Tag Archives: medication

“Seeing others suffer is too stressful”: Why people buy, trade, donate medications on the black market

Altruism and a lack of access and affordability are three reasons why people with chronic illnesses turn to the “black market” for medicines and supplies, new research shows. Scientists at University of Utah Health and University of Colorado ran surveys to understand why individuals look beyond pharmacies and medical equipment companies to meet essential needs. The reasons listed were many but centered on a single theme: traditional health care is failing them. (more…)

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Who Won’t Take Their Medicine?

UA anthropologist Susan J. Shaw and UA pharmacist Jeannie Lee have been awarded $1.48 million from the NIH to study medication adherence and health literacy.

UA associate professor of anthropology Susan J. Shaw and UA assistant professor of pharmacy Jeannie Lee have received $1.48 million from the National Institutes of Health to study factors that impact medication adherence among residents in Massachusetts, where state law mandated that nearly every resident receive a minimum level of health care insurance coverage. (more…)

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Medication Beliefs Strongly Affect Individuals’ Management of Chronic Diseases, MU Expert Says

Health practitioners should use behavior-change tactics so patients take medications as prescribed

COLUMBIA, Mo. – Nearly half of patients taking medications for chronic conditions do not strictly follow their prescribed medication regimens. Failure to use medications as directed increases patients’ risk for side effects, hospitalizations, reduced quality of life and shortened lifespans. Now, a University of Missouri gerontological nursing expert says patients’ poor adherence to prescribed medication regimens is connected to their beliefs about the necessity of prescriptions and concerns about long-term effects and dependency.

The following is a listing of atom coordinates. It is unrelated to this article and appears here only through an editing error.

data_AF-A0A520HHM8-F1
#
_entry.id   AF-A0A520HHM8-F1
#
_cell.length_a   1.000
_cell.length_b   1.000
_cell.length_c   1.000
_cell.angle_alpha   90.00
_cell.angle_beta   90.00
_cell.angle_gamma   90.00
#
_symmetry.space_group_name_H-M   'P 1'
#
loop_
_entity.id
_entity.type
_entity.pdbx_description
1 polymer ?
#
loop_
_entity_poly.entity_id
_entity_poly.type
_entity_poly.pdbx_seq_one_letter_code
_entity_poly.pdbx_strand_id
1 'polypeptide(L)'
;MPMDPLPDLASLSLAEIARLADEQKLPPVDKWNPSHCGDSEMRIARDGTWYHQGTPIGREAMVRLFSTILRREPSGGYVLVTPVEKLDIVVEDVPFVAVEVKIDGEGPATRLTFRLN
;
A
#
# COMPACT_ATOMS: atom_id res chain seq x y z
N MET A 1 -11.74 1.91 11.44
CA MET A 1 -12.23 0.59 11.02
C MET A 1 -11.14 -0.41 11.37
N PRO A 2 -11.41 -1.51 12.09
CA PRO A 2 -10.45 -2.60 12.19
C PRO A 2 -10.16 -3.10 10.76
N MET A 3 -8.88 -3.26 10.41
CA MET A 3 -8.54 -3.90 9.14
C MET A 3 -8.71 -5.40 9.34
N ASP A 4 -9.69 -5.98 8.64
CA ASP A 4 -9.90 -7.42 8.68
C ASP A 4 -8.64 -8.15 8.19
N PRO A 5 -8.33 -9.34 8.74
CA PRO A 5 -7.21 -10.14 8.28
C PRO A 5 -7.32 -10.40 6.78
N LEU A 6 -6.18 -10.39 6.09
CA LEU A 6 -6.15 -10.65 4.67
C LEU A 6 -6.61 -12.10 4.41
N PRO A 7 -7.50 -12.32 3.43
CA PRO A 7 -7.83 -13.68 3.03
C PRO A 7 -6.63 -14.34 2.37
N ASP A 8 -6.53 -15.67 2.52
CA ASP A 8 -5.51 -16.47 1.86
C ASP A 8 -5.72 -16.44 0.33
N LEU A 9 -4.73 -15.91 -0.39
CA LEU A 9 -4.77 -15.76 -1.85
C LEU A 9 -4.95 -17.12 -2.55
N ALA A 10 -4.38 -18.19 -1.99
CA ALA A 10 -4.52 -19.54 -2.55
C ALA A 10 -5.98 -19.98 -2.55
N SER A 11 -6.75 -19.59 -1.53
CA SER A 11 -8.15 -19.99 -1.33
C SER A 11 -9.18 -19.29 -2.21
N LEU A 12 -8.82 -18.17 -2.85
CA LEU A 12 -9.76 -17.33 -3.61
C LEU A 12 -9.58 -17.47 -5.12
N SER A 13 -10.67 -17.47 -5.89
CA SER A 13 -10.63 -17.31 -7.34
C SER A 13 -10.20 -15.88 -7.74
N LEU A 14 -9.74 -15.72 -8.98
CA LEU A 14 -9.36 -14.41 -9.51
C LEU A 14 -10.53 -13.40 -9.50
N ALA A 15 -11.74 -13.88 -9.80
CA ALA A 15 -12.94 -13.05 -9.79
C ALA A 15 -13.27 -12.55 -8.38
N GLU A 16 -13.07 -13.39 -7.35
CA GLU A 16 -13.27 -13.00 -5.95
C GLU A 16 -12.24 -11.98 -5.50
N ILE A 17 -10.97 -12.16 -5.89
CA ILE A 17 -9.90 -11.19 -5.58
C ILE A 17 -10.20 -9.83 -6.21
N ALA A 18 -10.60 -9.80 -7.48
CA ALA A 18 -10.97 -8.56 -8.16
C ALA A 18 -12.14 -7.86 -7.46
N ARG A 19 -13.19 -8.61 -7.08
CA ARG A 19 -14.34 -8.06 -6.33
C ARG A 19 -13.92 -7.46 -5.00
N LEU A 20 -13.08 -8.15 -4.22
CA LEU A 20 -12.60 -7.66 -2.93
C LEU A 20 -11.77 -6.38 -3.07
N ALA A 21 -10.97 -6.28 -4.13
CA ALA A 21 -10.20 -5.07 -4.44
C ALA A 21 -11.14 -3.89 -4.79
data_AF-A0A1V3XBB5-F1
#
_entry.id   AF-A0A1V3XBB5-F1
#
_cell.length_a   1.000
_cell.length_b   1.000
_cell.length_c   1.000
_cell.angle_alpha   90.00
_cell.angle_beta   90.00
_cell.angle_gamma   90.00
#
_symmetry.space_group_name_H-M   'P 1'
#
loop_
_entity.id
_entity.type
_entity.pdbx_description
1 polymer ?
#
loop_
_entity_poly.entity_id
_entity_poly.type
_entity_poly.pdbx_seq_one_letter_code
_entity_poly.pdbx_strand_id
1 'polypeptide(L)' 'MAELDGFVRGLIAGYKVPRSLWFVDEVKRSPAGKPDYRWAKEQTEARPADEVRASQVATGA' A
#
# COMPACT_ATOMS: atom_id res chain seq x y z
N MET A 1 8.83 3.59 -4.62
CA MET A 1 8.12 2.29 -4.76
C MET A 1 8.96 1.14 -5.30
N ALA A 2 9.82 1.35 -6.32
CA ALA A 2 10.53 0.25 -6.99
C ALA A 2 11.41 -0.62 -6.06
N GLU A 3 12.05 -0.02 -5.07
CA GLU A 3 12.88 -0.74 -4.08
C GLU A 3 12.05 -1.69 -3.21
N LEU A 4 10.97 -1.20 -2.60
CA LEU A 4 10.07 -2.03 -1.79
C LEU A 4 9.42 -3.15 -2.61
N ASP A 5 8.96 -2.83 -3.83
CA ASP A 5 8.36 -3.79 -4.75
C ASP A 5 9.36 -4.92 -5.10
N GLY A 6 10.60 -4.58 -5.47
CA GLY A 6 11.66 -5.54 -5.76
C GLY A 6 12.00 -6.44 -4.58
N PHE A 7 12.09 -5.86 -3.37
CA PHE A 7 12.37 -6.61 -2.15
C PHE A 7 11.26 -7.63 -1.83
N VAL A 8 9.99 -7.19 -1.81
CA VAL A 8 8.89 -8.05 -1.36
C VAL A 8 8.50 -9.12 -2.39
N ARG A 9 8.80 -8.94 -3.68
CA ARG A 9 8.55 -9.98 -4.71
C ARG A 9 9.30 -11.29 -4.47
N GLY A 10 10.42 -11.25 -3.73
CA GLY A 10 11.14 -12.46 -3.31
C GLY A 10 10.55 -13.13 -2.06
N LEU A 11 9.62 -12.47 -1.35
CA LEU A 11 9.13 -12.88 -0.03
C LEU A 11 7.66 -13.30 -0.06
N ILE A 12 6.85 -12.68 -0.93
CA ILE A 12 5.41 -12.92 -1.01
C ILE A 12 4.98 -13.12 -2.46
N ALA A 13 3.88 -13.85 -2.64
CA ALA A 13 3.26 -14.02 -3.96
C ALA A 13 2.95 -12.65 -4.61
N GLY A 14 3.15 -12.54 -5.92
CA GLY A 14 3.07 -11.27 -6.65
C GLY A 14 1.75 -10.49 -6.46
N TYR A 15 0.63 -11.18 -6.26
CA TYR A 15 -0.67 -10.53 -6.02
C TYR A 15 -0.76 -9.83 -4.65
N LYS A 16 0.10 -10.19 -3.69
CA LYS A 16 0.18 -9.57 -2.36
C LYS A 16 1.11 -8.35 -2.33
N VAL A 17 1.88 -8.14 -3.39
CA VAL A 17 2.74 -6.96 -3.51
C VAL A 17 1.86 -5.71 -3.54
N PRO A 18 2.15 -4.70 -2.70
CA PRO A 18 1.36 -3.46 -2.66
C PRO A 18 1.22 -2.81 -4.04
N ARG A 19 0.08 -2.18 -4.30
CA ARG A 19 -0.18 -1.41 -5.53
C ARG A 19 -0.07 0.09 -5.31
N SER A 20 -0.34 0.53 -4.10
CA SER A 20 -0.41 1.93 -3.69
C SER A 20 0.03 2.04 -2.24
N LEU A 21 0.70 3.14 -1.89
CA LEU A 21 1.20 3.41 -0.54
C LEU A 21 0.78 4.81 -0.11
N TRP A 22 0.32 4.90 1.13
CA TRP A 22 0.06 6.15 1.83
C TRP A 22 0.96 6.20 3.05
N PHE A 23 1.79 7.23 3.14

MU Assistant Professor Todd Ruppar found that patients’ beliefs about the causes of high blood pressure and the effectiveness of treatment alternatives significantly affected their likelihood of faithfully following prescribed medication regimens. In his pilot study, Ruppar focused on older patients’ adherence to medication treatments that control high blood pressure, a condition that affects nearly 70 million adults in the U.S. and can lead to heart disease and stroke. (more…)

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Grapefruit Juice Lets Patients Take Lower Dose of Cancer Drug

A daily glass of grapefruit juice lets patients derive the same benefits from an anti-cancer drug as they would get from more than three times as much of the drug by itself, according to a new clinical trial. The combination could help patients avoid side effects associated with high doses of the drug and reduce the cost of the medication.

Researchers at the University of Chicago Medicine study the effects that foods can have on the uptake and elimination of drugs used for cancer treatment. In a study published in August in Clinical Cancer Research, they show that eight ounces a day of grapefruit juice can slow the body’s metabolism of a drug called sirolimus, which has been approved for transplant patients but may also help many people with cancer.